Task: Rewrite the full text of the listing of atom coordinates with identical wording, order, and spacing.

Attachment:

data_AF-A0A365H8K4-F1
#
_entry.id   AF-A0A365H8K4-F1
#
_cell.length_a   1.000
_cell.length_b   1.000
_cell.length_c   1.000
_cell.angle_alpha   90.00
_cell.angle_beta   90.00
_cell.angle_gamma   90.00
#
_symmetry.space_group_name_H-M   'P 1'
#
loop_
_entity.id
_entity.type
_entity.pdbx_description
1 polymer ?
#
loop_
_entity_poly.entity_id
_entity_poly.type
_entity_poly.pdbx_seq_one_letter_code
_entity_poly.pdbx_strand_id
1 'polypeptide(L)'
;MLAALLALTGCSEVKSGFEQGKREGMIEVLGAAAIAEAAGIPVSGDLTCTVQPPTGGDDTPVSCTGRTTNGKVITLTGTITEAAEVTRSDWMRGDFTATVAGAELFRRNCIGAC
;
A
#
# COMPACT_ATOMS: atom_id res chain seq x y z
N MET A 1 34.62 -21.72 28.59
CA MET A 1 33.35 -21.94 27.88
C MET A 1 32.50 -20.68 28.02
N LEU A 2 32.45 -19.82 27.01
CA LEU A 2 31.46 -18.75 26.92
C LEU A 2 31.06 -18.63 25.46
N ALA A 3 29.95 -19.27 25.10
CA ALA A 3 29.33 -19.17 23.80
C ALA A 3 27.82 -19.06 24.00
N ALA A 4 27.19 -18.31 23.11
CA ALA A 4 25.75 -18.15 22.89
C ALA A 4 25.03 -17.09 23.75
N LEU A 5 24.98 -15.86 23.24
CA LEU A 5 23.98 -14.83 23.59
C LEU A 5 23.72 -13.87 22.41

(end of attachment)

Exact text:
data_AF-A0A365H8K4-F1
#
_entry.id   AF-A0A365H8K4-F1
#
_cell.length_a   1.000
_cell.length_b   1.000
_cell.length_c   1.000
_cell.angle_alpha   90.00
_cell.angle_beta   90.00
_cell.angle_gamma   90.00
#
_symmetry.space_group_name_H-M   'P 1'
#
loop_
_entity.id
_entity.type
_entity.pdbx_description
1 polymer ?
#
loop_
_entity_poly.entity_id
_entity_poly.type
_entity_poly.pdbx_seq_one_letter_code
_entity_poly.pdbx_strand_id
1 'polypeptide(L)'
;MLAALLALTGCSEVKSGFEQGKREGMIEVLGAAAIAEAAGIPVSGDLTCTVQPPTGGDDTPVSCTGRTTNGKVITLTGTITEAAEVTRSDWMRGDFTATVAGAELFRRNCIGAC
;
A
#
# COMPACT_ATOMS: atom_id res chain seq x y z
N MET A 1 34.62 -21.72 28.59
CA MET A 1 33.35 -21.94 27.88
C MET A 1 32.50 -20.68 28.02
N LEU A 2 32.45 -19.82 27.01
CA LEU A 2 31.46 -18.75 26.92
C LEU A 2 31.06 -18.63 25.46
N ALA A 3 29.95 -19.27 25.10
CA ALA A 3 29.33 -19.17 23.80
C ALA A 3 27.82 -19.06 24.00
N ALA A 4 27.19 -18.31 23.11
CA ALA A 4 25.75 -18.15 22.89
C ALA A 4 25.03 -17.09 23.75
N LEU A 5 24.98 -15.86 23.24
CA LEU A 5 23.98 -14.83 23.59
C LEU A 5 23.72 -13.87 22.41